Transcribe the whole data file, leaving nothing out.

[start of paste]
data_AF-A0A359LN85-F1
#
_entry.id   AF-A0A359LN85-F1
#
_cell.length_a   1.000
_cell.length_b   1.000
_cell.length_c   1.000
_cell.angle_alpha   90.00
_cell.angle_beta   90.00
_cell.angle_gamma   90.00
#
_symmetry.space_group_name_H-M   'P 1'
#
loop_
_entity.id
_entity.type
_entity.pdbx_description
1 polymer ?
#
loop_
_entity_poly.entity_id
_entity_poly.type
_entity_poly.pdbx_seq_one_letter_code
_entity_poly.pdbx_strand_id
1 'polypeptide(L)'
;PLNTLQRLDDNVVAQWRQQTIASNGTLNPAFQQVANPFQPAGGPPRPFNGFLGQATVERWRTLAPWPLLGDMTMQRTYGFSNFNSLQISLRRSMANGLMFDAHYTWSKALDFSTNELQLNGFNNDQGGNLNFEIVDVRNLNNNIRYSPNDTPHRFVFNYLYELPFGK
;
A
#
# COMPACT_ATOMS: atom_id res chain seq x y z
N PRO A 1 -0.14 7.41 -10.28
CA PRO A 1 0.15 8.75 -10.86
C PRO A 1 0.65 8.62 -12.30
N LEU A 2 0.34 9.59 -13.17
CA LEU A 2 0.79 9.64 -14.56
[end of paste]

data_AF-A0A359LN85-F1
#
_entry.id   AF-A0A359LN85-F1
#
_cell.length_a   1.000
_cell.length_b   1.000
_cell.length_c   1.000
_cell.angle_alpha   90.00
_cell.angle_beta   90.00
_cell.angle_gamma   90.00
#
_symmetry.space_group_name_H-M   'P 1'
#
loop_
_entity.id
_entity.type
_entity.pdbx_description
1 polymer ?
#
loop_
_entity_poly.entity_id
_entity_poly.type
_entity_poly.pdbx_seq_one_letter_code
_entity_poly.pdbx_strand_id
1 'polypeptide(L)'
;PLNTLQRLDDNVVAQWRQQTIASNGTLNPAFQQVANPFQPAGGPPRPFNGFLGQATVERWRTLAPWPLLGDMTMQRTYGFSNFNSLQISLRRSMANGLMFDAHYTWSKALDFSTNELQLNGFNNDQGGNLNFEIVDVRNLNNNIRYSPNDTPHRFVFNYLYELPFGK
;
A
#
# COMPACT_ATOMS: atom_id res chain seq x y z
N PRO A 1 -0.14 7.41 -10.28
CA PRO A 1 0.15 8.75 -10.86
C PRO A 1 0.65 8.62 -12.30
N LEU A 2 0.34 9.59 -13.17
CA LEU A 2 0.79 9.64 -14.56